This parallel flow of two ice streams, maintained by pressure from both sides, is quite analogous to the situation in Wales. As the two ice streams came together, they would have maintained a contact zone as the ice approached its easternmost limit in England. It is reasonable to believe that the contact zone of ice carrying bluestone erratics — and maybe some other stones from South Wales — would have resulted in an erratics train rather than a fan.

Unlike the blocks of the Foothills Erratics Train that fell onto the surface of the glacier from cliffs in the Rocky Mountains, the bluestone erratics train would have been plucked from outcrops and initially transported within the ice. However, once entrained, the blocks would have been transported relatively high within the body of the glacier (see sidebar, p. 39). By using the Canadian Rockies analogy, it suddenly becomes clear how the boulders of Stonehenge could have been deposited in a trail across southwestern England — and thus would have been easy pickings for Neolithic Britons.

Wednesday 26 March 2014

Ten Bluestone Questions

 These are some of the questions I raised in my talk last night -- which do not have satisfactory answers from the archaeologists.  Still waiting.......

Ten Bluestone Questions for the Archaeologists:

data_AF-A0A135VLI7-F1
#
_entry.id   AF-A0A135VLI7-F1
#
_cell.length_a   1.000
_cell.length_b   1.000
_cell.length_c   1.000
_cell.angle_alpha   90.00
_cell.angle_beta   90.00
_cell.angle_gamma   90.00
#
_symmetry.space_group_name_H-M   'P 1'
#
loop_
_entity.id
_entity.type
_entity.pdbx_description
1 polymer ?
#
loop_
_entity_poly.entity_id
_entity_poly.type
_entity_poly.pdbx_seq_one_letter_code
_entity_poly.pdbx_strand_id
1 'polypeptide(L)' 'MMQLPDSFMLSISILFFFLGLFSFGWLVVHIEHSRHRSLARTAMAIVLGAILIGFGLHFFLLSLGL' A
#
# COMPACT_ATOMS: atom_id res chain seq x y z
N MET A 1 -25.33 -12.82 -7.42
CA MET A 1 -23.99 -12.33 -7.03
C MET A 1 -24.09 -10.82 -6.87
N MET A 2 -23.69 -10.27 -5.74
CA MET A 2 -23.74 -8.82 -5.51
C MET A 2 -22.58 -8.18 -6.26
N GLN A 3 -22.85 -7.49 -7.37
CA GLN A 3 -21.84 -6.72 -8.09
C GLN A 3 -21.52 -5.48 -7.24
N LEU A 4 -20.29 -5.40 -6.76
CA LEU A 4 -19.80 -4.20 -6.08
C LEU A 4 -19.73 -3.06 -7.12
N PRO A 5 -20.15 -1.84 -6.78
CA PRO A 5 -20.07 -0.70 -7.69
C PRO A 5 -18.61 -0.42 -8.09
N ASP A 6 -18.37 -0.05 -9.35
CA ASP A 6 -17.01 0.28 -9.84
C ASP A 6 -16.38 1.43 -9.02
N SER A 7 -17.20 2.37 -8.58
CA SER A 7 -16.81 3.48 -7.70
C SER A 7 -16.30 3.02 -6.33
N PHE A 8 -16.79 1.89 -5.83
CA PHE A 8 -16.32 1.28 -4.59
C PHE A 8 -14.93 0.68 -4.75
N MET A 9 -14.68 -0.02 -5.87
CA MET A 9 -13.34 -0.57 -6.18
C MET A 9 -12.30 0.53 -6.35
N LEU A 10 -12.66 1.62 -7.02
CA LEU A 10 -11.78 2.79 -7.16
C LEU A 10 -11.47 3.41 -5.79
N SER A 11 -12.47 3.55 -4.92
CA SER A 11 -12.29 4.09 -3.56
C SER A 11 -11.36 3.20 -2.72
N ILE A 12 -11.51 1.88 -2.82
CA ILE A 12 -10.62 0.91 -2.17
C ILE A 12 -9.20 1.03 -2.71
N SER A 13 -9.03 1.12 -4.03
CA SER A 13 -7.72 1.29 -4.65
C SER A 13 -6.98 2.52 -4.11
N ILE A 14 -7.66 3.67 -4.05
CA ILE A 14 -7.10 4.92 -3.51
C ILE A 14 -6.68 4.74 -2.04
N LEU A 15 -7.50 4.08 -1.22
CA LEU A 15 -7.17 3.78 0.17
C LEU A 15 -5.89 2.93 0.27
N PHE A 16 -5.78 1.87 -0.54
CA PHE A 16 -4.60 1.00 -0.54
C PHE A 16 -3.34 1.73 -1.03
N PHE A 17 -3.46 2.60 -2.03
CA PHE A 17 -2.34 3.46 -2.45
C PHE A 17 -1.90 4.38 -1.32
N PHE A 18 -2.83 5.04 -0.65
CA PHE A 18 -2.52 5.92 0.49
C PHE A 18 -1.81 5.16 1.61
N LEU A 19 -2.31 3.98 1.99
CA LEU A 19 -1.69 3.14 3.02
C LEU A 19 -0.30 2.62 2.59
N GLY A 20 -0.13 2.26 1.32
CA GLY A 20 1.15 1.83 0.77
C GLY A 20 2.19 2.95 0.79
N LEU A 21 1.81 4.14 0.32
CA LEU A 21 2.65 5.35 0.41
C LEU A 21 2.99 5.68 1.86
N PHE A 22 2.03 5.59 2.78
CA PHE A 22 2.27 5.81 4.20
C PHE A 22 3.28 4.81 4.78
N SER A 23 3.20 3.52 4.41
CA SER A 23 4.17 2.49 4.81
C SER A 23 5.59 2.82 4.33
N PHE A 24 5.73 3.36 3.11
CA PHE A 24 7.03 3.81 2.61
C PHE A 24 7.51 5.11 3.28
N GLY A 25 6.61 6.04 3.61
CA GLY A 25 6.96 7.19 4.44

1.  If the sarsens and the bluestones were carefully selected for use at Stonehenge, how come that there are at least 30 different rock types represented in the Stonehenge "bluestone assemblage"? (including fragments, orthostats, stumps, mauls and hammerstones)

2.  If the bluestones were really "the stones of the ancestors", carried to Stonehenge for ritual purposes, how come that all of the stones are from the west, with no bluestone orthostats at all from the north, east or south?

3.  If the spotted dolerites and foliated rhyolites were "valued" in some way, how come that they are not used preferentially in stone settings in West Wales?

4.  And if Rhosyfelin really did have a Neolithic orthostat quarry in it, how come that there is not one cromlech or standing stone setting in Pembrokeshire that uses stone from this quarry?